Jahzeel was the first woman I interviewed for my project. We met outside on a chilly day in January, before a run she was doing.

"I was born and raised in Peru and I came to the US when I was 13 years old, so I have been here longer than 30 years. It wasn’t very hard to come to US as my parents were very supportive. My father is a physician in Peru, he was targeted by terrorism and we had to leave the country for safety. We came here with a political asylum visa, and when I moved to America, I didn’t know any English.

We lived in California, I went to high school there, then I went to UC Davis (University of California, Davis). That’s where I met my husband, and we moved to Oregon when he went to Chiropractor school here. In between, I moved around a lot. I’ve been to Peru twice since living in US, never with the kids. That’s coming, maybe next year."

"I miss the food from Peru the most. When my mom comes and visits, she makes all the yummy food. My parents live in California. I also love dancing. I used to dance traditional Peruvian dance and I love it. Now with my kids, it’s a way to express my culture to them through dance.


My dad had a really big important rule for us: “From the door in you are Peruvian and you still had to learn the culture. From the door out, you are in America and you behave as such”.


We never imposed our culture on other people, because everybody has a different culture and a different way of living and that’s ok. We have to learn to find the similarities and really assimilate to a culture that we’ve come into.


When I think about whether I am Peruvian or not, I feel there are Peruvian things, but I’ve lived most of my life in the US, so I am an international woman. I have backgrounds from different cultures that fit too.


I feel there are similarities with everyone I meet. It makes me excited to see that because, if I were in Peru, I would just know Peru. And here, I have been given the opportunity to meet other people from other places, and really learn that this world, in general, is not that big. It’s very small. We are all kind of the same."

"Because I move around so much, it was always very hard to make a community. Then, when we had the kids, we decided we need to set some roots.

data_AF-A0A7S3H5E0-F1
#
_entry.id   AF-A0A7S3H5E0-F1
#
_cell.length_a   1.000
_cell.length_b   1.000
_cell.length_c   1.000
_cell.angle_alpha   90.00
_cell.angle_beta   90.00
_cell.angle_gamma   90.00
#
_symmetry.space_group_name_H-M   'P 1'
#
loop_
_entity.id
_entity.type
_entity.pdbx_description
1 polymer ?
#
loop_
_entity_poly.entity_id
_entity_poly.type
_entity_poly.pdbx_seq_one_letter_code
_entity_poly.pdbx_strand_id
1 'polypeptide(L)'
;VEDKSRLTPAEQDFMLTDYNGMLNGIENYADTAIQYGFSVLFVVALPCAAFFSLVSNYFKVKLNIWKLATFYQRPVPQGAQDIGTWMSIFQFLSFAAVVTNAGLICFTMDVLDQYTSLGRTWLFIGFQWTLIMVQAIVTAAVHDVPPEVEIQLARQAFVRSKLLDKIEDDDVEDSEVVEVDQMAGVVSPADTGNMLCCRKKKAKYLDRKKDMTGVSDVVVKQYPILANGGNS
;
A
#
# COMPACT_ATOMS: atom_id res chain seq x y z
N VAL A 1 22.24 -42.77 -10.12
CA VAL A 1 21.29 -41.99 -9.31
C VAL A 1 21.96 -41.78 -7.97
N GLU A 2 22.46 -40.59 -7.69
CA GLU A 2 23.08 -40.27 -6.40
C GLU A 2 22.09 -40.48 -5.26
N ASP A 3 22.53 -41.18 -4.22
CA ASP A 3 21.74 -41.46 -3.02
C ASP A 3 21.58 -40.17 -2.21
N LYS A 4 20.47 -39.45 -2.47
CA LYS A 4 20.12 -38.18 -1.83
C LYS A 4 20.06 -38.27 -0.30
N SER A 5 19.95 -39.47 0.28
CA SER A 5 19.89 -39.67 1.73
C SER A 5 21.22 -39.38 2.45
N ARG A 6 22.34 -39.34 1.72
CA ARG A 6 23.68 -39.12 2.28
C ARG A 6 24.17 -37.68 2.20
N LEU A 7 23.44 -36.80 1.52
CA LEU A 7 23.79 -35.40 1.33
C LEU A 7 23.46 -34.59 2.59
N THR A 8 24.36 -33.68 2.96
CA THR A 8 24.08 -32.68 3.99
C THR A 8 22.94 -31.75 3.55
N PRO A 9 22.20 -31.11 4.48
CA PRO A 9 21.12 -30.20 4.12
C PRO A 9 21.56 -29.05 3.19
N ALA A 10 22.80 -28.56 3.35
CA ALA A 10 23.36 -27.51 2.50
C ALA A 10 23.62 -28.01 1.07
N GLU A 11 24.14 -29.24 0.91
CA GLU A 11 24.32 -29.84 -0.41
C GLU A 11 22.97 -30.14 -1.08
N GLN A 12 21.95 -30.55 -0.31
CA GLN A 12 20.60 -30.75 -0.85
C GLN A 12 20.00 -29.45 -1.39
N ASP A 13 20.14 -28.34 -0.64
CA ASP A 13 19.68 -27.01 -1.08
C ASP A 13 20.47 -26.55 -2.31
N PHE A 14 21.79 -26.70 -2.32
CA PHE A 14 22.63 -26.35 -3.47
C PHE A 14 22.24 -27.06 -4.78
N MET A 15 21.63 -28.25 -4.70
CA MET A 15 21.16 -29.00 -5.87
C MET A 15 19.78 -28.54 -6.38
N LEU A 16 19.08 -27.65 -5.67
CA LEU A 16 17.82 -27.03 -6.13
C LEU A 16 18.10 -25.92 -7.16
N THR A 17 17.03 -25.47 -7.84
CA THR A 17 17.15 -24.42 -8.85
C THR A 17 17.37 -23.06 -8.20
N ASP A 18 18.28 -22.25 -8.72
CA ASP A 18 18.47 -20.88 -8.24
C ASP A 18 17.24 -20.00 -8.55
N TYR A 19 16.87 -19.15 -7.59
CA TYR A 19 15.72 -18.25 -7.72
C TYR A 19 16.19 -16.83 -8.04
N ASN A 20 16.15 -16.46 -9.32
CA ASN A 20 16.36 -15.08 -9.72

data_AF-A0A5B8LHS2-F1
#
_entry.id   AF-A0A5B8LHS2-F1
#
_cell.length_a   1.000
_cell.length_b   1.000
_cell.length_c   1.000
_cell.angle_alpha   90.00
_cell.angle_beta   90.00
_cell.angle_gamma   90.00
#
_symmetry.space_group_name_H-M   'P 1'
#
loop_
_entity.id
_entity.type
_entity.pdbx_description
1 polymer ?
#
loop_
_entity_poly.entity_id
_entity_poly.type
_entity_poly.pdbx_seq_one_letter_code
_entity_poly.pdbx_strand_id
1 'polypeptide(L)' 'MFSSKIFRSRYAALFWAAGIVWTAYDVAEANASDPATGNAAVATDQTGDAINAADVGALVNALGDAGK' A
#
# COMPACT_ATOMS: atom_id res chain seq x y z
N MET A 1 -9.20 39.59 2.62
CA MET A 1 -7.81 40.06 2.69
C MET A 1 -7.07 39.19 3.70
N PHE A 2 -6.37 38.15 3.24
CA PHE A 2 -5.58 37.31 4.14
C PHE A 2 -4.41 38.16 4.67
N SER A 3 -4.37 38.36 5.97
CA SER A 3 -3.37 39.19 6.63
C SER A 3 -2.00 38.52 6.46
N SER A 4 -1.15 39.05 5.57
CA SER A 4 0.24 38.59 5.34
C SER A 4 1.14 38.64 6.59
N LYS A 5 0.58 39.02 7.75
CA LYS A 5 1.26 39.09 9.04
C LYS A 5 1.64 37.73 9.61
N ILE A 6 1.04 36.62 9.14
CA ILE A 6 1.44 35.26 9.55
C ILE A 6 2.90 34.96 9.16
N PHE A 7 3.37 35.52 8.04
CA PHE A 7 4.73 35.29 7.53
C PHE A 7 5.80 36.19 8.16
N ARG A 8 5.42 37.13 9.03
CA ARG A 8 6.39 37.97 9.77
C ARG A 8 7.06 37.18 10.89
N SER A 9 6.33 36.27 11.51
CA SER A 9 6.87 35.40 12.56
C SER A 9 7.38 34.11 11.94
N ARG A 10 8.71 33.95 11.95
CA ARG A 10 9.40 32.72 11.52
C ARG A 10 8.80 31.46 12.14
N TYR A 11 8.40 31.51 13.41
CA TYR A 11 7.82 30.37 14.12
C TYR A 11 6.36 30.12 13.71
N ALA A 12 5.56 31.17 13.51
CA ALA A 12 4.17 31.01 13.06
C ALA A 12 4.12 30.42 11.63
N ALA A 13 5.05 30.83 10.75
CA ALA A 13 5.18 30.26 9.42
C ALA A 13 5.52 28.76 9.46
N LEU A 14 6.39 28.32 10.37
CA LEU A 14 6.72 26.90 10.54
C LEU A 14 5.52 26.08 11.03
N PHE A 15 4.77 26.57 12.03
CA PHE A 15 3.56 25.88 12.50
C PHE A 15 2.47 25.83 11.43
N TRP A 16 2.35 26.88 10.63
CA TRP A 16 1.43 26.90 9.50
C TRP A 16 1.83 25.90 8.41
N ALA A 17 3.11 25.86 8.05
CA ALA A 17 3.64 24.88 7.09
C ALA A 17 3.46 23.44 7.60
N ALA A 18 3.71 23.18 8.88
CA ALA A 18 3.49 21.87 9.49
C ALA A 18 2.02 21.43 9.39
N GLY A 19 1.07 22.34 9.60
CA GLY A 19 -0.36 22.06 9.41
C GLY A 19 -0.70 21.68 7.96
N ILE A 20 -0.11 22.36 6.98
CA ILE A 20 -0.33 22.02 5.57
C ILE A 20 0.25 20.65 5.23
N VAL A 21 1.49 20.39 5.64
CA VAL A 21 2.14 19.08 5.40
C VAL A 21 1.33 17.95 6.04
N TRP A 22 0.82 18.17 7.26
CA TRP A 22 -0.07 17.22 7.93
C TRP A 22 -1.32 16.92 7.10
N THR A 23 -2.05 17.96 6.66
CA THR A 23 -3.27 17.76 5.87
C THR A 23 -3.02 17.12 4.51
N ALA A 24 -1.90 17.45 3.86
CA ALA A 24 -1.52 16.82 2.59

When the pandemic hit, there was a lot of time spent indoors. I was running on and off for about a year prior to the pandemic with some other moms. It was a lot of fun actually and it became a way for me to connect at that time with other women.  Then, I remember someone asked if there was a running group in town. That prompted me to wonder if there really exists a running group in town. And there wasn’t, so I built one. It went from like 15 people that I knew that ran, and they became members of this running group, and now we are almost 750 people from Lake Oswego. This club is not for creating any financial gain, it’s just to create community."


"My goal for the group is to see at least 10 more new people come run with us at some point over the year. Personally, I want to accomplish 1000 miles this year. Last year I set this goal and I failed. I got sick at the end of the year, and I was 50 miles short of my goal. I’ve run my first half marathon last year too.


I prefer running in the winter, it’s not that hot. I have a friend from a long time ago, and he will always tell me there is no such thing as bad weather, it’s bad gear that you have to work on. So, if you have a good hat and a good jacket, just get out there. It is what it is. My most fun running memories that I’ve had, have been running in terrible weather with the rain upside down. When you experience this with someone else, it builds connection.


This group is for everyone and anyone, which is exciting because you get to see a variety of people in the community. Running is a great equalizer, you are not better or worse than anyone, you just get out there and run."